Proprioception Training in Foot and Ankle Injuries

Proprioception: Your Bodies Way of Protecting It’s Joints.

Thinking of Proprioception as co ordination and balance in the context of sports injury management

Proprioception, in the context of Podiatry and sports injuries is your bodies awareness of where your joints are posisitioned. Proprioception is the bodies mechanism of avoiding injuries and falls. Examples of proprioception includes the ability to stand on one leg without too much difficulty.  When someone has a problem with proprioception this often contributes to painful foot and ankle problems. One very common example of this is chronic ankle instability. This is where the damage to the structures that normally protect the ankle from sprains are damaged and the ankle loses it’s co ordination and therefore it’s ability to protect itself.

Training proprioception should be done in stages. First getting you to the point where you can activate the correct muscles at the right time during less difficult tasks. Eventually progressing to balancing in a functional setting which should match your excercise goals. For example your coordination through your ankles may need to be better if you are in certain sports such as AFL or netball due to the risk of traumatic injuries during these sports.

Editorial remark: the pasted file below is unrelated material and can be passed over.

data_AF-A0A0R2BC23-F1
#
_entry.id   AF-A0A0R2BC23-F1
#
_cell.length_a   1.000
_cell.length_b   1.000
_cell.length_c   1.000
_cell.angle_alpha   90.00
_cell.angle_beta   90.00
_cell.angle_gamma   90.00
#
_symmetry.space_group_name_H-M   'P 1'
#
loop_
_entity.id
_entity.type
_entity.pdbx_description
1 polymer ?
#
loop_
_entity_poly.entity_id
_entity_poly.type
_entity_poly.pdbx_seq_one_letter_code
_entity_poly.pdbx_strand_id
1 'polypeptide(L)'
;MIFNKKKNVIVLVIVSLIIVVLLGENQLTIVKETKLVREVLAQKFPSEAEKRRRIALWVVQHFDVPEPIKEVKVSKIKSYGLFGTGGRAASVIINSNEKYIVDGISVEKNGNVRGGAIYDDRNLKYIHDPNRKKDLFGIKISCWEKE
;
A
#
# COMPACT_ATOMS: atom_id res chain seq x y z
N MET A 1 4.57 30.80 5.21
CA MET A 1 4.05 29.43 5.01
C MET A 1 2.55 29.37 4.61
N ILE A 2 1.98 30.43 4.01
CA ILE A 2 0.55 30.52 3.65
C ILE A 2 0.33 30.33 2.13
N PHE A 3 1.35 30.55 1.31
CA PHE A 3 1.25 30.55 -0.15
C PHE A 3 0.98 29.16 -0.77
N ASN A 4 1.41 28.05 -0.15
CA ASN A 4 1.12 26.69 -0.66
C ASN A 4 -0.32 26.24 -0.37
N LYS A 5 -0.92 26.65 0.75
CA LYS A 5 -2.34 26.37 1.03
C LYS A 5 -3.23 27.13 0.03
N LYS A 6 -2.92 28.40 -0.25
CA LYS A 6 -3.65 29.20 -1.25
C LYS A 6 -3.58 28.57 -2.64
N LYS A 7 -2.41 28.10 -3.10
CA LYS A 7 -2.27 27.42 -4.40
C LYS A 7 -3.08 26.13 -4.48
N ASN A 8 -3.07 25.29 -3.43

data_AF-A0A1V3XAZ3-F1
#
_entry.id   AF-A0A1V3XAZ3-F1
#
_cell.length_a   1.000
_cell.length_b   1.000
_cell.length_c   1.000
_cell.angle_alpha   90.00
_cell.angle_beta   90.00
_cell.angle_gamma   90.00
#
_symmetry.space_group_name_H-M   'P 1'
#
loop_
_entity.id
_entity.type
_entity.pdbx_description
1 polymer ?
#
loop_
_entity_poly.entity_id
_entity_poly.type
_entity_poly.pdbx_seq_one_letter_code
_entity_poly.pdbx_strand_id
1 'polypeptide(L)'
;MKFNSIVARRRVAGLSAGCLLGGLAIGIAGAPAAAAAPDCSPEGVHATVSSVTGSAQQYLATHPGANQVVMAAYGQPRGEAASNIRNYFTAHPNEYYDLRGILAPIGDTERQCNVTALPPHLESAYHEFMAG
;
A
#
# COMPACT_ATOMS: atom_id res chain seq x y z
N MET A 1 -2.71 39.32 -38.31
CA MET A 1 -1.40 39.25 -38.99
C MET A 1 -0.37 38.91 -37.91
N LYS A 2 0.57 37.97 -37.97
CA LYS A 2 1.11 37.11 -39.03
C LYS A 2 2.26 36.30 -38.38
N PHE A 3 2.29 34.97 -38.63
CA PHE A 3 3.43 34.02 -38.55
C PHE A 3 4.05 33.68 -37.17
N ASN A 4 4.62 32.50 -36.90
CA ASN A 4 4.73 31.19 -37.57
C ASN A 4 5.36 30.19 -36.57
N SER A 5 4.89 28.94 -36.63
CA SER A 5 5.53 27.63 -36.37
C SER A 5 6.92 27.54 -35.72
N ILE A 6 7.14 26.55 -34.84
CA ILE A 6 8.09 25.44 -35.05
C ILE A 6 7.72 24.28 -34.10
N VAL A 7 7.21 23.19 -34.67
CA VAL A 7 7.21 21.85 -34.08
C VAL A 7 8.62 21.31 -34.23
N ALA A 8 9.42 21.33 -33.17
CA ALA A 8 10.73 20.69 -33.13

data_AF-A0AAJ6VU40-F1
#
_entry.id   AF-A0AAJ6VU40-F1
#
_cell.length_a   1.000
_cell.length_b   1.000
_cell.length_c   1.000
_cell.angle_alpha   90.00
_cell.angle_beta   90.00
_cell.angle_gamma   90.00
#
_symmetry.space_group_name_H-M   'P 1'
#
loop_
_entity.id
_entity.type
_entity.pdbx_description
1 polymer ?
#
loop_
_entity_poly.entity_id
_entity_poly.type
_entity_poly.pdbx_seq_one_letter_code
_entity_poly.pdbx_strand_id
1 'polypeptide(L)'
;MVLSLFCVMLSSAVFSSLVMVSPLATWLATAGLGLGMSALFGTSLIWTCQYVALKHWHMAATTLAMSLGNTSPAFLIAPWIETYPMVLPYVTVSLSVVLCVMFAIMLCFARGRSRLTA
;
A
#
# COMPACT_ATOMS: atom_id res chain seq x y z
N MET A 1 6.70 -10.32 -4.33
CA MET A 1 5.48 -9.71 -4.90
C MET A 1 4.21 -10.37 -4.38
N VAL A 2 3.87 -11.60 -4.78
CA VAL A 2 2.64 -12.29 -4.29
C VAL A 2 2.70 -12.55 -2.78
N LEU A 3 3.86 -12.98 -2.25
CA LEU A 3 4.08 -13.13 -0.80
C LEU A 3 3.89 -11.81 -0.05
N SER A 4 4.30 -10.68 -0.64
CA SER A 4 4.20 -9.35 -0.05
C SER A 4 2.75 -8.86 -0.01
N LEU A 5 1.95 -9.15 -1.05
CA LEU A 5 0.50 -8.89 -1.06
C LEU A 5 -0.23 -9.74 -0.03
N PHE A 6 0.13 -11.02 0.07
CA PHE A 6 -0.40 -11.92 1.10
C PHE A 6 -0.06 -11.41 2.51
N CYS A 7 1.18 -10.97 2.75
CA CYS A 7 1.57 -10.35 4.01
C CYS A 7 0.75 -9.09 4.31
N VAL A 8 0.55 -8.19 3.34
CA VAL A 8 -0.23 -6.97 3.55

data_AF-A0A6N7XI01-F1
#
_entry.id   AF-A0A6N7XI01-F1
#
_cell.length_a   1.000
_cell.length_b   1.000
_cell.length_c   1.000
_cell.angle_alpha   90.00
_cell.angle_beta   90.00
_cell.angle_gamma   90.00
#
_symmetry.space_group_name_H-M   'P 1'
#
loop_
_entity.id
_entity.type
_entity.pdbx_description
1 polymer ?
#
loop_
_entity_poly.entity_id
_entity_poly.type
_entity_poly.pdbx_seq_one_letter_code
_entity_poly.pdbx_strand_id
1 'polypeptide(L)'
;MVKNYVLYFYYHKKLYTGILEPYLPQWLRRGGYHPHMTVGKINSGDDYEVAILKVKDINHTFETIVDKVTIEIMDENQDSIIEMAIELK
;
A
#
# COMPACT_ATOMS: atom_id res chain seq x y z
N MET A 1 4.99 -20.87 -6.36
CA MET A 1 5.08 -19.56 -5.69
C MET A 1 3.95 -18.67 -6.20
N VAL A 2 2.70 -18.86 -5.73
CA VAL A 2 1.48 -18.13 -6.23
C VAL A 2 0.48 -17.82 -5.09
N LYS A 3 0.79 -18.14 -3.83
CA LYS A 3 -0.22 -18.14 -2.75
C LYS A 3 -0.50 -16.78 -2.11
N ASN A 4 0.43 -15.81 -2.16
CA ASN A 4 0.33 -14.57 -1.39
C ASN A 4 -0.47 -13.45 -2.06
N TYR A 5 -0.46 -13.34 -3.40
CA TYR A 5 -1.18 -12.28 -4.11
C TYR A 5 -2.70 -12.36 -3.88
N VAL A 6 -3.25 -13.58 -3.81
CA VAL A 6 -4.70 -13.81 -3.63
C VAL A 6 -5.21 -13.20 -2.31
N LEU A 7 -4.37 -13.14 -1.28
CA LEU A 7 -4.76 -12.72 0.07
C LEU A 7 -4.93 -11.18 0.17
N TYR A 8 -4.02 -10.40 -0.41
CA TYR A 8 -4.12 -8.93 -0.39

At TFC Podiatry in Point Cook and Yarraville, we try and improve the coordination of the ankle by creating a controlled instability that can be improved over the rehabillitation phase. It is important to complete a thorough assessment of the foot and ankle to get an idea of the baseline proprioception of the joint. Controlled instability is guaged on the difficulty of the activity and the risk of injury, for example standing on a pillow is a very controlled instability. The soft and unstable surface creates a mild instability but the risk of injury is relatively low, this can be a good excercise for someone with a very low baseline of proprioception and may be a good starting point for people with significant impairment. However, to make this improvement functional it will need to be made more difficult as well as more specific to the goals.

This blog was writtent by Christopher Wevling you can book directly into his diary in Point Cook or Yarraville here